Your advice is very helpful.  I do agree that it is early in the year and they are trying to get a feel for all the children's abilities.  He is in a Montessori school so the upper lessons are available to him.  My concern is exactly what you said that he is used to everything being easy so the day that he doesn't understand something will be a rude awakening.  At home we do alot of stimulating activities because like all gifted children he does require a constant stream of information. As far as his giftedness characteristics, yes he does fit the list.  Luckly, for me, his IQ number  is within the "social norm" level.  He easily makes friends and is well liked.  I will be patient and continue to feed him at home and maybe present some challenges so we can work on his ability to challenge himself without feeling "stupid" when he doesnt get it immediately. Again I thank you both for responding.  This is a difficult topic because it is one that you cannot talk to your friends about.  Moms (friends) can be very sensitive to listening to "problems" facing a mom who has a gifted child.  Even when my friends comment on "how smart" he is I proceed with caution.  My friends know that he is different from their kids but I dont think they REALLY want to hear all the details.  I am so thankful for a place to voice my concerns without judgement and without feeling like I am bragging.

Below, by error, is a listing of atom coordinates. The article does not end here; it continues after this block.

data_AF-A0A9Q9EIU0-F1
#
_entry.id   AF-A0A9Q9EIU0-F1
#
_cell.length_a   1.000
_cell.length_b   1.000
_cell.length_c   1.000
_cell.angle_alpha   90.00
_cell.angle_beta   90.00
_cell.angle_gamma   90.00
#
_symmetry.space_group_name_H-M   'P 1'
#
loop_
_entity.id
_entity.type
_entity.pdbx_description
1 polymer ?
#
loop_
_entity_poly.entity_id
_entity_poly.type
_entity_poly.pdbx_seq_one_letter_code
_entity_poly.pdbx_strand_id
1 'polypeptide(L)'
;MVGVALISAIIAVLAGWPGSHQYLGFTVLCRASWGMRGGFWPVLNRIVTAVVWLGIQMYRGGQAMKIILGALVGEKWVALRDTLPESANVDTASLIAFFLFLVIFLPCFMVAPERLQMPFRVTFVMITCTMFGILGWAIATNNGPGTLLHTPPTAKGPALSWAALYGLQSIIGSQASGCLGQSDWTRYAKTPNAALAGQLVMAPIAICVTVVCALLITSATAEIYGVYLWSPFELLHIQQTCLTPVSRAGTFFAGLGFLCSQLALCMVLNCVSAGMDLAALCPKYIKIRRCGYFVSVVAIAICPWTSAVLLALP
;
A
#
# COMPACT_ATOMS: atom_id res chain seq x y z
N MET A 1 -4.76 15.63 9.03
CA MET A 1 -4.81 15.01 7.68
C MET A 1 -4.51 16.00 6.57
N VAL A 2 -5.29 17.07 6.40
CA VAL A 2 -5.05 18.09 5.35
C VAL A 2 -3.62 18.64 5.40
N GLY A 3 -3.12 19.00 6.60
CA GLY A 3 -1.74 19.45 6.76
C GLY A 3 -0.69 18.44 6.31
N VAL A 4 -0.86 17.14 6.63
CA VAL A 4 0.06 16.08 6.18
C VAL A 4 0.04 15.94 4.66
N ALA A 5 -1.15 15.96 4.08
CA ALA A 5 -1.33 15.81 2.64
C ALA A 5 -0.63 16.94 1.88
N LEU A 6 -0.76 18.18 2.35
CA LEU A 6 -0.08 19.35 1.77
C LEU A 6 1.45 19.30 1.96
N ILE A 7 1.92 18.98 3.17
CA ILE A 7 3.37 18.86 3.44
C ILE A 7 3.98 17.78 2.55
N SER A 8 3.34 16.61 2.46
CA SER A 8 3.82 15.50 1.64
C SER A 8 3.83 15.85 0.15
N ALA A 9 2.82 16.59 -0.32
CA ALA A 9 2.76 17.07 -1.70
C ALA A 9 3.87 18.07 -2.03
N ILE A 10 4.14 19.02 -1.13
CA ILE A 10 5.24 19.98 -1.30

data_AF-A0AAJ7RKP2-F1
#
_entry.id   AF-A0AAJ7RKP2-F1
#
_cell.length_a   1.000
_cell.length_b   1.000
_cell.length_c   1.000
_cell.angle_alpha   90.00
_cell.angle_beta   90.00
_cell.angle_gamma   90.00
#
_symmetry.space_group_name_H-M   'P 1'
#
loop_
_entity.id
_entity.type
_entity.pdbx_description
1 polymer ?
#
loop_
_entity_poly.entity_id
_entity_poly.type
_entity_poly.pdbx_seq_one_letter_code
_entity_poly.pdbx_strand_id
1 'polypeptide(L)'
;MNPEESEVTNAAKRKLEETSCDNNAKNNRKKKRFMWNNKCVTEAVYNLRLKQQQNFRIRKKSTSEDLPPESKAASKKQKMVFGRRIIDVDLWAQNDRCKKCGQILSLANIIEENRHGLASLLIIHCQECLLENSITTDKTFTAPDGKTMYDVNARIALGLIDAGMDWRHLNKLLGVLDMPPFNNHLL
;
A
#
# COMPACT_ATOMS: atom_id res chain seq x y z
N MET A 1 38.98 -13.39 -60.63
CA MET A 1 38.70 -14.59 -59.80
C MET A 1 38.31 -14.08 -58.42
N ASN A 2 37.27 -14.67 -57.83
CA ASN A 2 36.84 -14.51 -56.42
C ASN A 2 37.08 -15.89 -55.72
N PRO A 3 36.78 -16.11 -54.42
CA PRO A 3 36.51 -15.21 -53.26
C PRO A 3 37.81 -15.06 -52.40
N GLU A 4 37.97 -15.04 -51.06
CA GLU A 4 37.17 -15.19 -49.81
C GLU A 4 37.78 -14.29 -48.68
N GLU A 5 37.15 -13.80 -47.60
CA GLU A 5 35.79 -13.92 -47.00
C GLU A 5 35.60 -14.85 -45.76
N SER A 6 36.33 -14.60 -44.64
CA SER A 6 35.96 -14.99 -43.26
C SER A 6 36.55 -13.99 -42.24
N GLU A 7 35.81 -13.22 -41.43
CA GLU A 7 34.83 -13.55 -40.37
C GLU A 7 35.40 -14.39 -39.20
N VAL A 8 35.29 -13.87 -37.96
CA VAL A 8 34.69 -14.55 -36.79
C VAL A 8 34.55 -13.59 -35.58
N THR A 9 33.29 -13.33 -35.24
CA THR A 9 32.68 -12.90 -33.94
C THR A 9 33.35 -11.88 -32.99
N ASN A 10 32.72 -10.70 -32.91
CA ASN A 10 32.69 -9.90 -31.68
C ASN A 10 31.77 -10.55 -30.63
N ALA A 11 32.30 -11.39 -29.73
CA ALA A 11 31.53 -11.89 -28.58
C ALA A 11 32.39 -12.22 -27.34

Hi Momi Wow - I can relate! My daughter is 20 months and I feel so 'out' of my crowd because I can't talk to anyone about what she's doing... I can't share my concerns about schooling or her intense reactions to things. I get frustrated by not being able to talk honestly about her needs and am frustrated on your behalf that you can't just come straight out and tell your son's teacher how you feel... Strongs - hope everything works out and your little tyke remains happy and content, and that you get the support you deserve. Ursh.

I was a "nerd" in school. Because it was something negative to everyone else I became friends with only a small group of people. Other kids would tease me for everything.. As a result I started to hide my intelligence (not turning in work or pretending that I didn't know the answers.. taking low level math when I was doing algebra at home) Now I am 26 years old with a gifted 7 year old and I am once again hiding the fact that he is smart because my friends and some family members don't want to hear it or ridicule me for being egotistical.. what the crap?

Please don't hide your son's gift. I know it's a hard thing realizing your child is different, but how can your son be comfortable w/ himself if he feels he has to hide all the time? Stay away from those ignorant people who have no clue and no right to even voice their opinion. Surround yourself w/ caring individuals who understand and accept your son for who he is. Look into groups in your area for gifted children and their families. It's often helpful to get advice and compare stories w/ these parents. Also, this wld be a great way for your son to meet other gifted children his age. Mostly, though, at home and outside of school, try to normalize your son's life as much as possible. Get him involved in different activities he enjoys doing. Organize play dates for one on one social interaction. Go to the park on nice days. All these things are important. Just don't let the ignorant people get you down. They're not worth your time or energy.